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Wednesday, August 10, 2005

Immigration Laws Rule!

Broken Laws, Broken Home is a WaPo opinion column that is proof as to why we cannot, under any circumstances, have a female president. The basic precept is: this woman has been married to an illegal immigrant for a while, and she finds it sad that he might be deported. The fact that this is exceedingly unlikely doesn’t factor in, but she is “enraged” at the thought that their perfect little family unit could be torn apart by something as silly as immigration law.

A few things to note – first, their family would not be automatically ripped apart. Assuming he is not an illegal immigrant from Europe (she cites the Pew Hispanic Center – and she’s from Manassas – so it seems likely he’s from Mexico or Central America), she would be welcome to move back to his country of origin with him and their son, should she so choose. This sense of entitlement that people feel is just sickening. If you are born here – fine, we acknowledge that you don’t really have a choice, and so to avoid burdening you with the cost of leaving and finding somewhere else – who might also not want you – we’ll keep you around. But if someone willingly and intentionally leaves wherever they have a right to be in order to gain economic benefits from America (or Canada, or wherever) then they don’t really get the rights claim. Instead, they can ask to be admitted. This is true of any voluntary organization, even if parts of the organization are involuntary.

Second, the author of the column claims that the law ought to be changed to reflect the hardship of having their family ripped apart. Let’s see… he was an illegal when you married him. He is an illegal now. You got into the marriage and family arrangement, and had a child knowing this and consenting to the risk of the circumstance. So now it’s the law that needs to change because you’re an emotional basketcase? She doesn’t even attack the law on any other grounds – her serious and heartfelt critique is “I don’t like that someone close to me is affected by this.” And while it’s very un-free market of me, I do sincerely feel that an influx into America of millions of people, all of whom are entitled to the benefits of our partial welfare state, would be bad. Either we abolish welfare (screws over segments of our society) or we keep the immigration laws. And while I’ve heard a lot of crap thrown around by Hispanic groups calling this sort of accusation racist, I haven’t heard any real reason why it’s incorrect. The illegal immigrants who are currently here take the jobs “we don’t want.” But the reason they are able to do this is that they can accept substandard wages – they’re undocumented. This system would break down if they were made legal. Their usefulness is predicated upon their illegality. Exploitation rules.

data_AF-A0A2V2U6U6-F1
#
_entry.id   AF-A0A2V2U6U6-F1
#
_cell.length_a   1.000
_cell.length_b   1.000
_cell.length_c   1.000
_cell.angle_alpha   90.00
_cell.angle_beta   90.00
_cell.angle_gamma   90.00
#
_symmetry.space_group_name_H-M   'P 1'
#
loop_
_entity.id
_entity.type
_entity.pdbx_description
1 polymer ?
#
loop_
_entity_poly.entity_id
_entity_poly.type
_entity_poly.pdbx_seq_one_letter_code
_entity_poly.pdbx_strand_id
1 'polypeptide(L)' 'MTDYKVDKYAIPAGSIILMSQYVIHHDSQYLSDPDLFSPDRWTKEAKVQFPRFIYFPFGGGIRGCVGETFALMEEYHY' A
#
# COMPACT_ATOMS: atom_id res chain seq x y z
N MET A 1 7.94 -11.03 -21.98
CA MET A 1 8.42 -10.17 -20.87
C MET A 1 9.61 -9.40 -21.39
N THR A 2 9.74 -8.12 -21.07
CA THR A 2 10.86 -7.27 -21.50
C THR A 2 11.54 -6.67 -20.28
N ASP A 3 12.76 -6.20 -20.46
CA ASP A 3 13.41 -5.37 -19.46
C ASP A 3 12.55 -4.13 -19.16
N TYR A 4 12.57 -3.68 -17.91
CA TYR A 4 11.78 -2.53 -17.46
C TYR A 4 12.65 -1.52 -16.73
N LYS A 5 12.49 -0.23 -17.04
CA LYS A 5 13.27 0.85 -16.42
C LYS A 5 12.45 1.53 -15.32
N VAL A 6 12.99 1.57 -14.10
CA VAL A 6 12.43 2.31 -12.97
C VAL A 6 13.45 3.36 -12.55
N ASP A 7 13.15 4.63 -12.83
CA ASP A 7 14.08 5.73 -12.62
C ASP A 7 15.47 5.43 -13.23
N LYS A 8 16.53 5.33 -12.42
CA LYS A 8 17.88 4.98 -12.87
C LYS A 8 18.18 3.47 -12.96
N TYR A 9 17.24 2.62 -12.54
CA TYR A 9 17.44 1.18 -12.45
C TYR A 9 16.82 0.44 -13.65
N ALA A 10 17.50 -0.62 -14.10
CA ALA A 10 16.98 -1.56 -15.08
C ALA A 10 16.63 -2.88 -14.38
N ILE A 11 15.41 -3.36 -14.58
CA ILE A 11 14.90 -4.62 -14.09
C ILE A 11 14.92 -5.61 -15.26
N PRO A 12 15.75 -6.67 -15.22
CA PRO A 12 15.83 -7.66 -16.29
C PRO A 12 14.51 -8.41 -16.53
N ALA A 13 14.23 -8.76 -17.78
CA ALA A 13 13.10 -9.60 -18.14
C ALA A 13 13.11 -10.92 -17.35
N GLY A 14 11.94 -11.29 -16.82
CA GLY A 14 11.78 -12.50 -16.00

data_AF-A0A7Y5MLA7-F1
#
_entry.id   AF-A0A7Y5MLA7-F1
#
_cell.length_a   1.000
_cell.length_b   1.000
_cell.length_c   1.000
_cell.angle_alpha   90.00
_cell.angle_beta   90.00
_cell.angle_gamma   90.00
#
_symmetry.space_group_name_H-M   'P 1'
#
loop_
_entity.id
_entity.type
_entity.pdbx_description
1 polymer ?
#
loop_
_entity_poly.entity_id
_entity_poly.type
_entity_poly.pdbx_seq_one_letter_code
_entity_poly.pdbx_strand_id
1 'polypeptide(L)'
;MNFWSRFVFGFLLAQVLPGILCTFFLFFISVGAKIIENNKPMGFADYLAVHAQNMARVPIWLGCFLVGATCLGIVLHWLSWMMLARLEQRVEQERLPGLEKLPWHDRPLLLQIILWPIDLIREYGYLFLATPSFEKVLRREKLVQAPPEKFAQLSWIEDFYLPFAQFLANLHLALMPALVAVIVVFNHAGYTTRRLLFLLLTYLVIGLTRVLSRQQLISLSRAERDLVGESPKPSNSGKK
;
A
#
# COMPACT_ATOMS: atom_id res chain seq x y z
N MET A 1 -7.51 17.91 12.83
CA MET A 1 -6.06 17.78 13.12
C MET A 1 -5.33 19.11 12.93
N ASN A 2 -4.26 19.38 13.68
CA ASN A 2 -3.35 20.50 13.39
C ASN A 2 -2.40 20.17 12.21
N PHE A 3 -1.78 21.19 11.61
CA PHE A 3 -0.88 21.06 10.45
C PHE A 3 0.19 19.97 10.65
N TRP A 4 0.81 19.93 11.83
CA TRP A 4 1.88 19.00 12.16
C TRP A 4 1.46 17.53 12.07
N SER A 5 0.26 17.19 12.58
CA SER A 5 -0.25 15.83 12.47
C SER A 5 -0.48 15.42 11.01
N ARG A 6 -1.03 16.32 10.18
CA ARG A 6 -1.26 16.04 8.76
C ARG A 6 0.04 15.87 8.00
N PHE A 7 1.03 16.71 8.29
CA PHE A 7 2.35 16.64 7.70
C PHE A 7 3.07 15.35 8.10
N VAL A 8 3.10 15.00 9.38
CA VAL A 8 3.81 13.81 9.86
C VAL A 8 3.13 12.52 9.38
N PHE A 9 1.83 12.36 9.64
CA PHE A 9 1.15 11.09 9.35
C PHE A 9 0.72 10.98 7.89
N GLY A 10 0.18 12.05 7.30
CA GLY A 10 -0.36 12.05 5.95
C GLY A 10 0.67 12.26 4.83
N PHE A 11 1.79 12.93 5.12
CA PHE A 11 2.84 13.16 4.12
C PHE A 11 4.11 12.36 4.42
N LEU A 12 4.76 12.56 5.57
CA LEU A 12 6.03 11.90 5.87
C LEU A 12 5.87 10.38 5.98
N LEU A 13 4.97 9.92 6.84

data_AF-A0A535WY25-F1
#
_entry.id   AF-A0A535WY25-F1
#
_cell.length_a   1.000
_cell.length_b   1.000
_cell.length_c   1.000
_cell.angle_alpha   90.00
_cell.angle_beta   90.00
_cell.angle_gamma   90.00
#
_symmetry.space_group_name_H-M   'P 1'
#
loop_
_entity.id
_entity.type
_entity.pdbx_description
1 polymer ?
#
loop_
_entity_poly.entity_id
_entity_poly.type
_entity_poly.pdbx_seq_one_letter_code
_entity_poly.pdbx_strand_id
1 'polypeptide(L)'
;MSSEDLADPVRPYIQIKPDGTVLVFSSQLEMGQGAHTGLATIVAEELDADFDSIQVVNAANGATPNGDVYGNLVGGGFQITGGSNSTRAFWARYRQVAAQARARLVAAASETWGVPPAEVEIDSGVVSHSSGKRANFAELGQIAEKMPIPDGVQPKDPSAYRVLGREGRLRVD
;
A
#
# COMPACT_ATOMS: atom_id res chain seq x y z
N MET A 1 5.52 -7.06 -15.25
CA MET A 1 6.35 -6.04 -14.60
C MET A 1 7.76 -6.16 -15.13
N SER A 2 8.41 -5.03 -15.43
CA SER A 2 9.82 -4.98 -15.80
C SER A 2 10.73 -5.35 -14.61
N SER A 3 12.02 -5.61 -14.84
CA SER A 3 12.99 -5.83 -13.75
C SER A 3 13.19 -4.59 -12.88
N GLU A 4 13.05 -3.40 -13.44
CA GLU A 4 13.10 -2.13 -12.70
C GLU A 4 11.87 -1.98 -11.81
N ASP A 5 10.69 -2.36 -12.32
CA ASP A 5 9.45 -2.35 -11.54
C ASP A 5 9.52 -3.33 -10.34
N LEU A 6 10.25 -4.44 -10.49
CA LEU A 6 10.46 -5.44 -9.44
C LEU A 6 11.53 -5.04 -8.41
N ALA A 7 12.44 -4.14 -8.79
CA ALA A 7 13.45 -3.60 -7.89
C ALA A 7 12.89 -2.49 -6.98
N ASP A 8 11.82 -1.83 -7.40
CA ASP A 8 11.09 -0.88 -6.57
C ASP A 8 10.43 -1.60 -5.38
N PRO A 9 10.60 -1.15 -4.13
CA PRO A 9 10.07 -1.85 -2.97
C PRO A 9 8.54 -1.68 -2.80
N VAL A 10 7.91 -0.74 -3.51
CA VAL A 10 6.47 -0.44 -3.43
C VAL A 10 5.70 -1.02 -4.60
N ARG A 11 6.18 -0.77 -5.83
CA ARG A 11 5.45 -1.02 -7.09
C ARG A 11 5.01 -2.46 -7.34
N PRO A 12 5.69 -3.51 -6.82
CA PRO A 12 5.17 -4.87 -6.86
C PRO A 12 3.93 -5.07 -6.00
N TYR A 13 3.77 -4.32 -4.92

Moreover, the rationale works for pretty much any crime. Yes, there is an inevitable harm to the family unit when people who do illegal things are not allowed to continue to sit at home and make fucking chorizo. Drug offenses, carjacking, whatever. If they were forced to pay restitution (she suggests $10k for this), then they wouldn’t have to go to prison, which costs taxpayers money. So what? In the case of immigration, there’s even an exception to this – undue hardship. If the immigrant is the primary breadwinner and legal citizens would be harmed unduly by the extraction, then they’re allowed to stay. But the columnist is put off by this, since she makes (assuming her math is right – which, as she is a woman, is doubtful) about $80k a year and has one child, the government doesn’t recognize her hardship.

Okay. The hardship exception is generous and exists to prevent starvation and eviction. “My Latin Lover can’t give me his sweet love-burrito” is not the same thing. So she’s welcome to shut up.

And finally,
For most of the 11 million undocumented people in this country, this is the first law they have ever broken -- a law that makes no more sense to them than the laws requiring segregated seating on buses made to Rosa Parks. If it were suddenly and universally enforced, it would produce an economic disaster.

Yes. Because immigration laws, which have been adopted by necessity by every Western country on the planet, and which are totally colorblind and apply equally to everyone, are exactly the same as segregation. This American Life’s Sarah Vowell did an excellent piece on everyone – from Katherine Harris on down – comparing themselves to Rosa Parks, and she’s right. This is just ludicrous. “The laws don’t make sense to us, therefore, it must be equivalent to apartheid” is not an argument. It’s incoherent, and the posturing is sickening.
Yes, my husband came here illegally. Yes, he broke the law -- a law that is badly in need of revision. And the fruit of this illegal act was a family and gainful employment. If this hard-working, upstanding man is deported, his American family and his employer will suffer with him.

The reason there’s a law in place is because people stand to benefit from the action. If he broke the law and died a horrible, flaming death then I’d have more sympathy – but the very fact of the incentive to do the illegal act is the reason we need laws in the first place. And sorry, but when you lock up a druglord, the local Bently dealership might lose a valued customer. His family might be sad. That’s not an attack on drug laws. Immigration laws might be the worst, most terrible things ever – but at the same time, none of what she gibbers on about is relevant to that question.

cranked out at 7:27 AM | |

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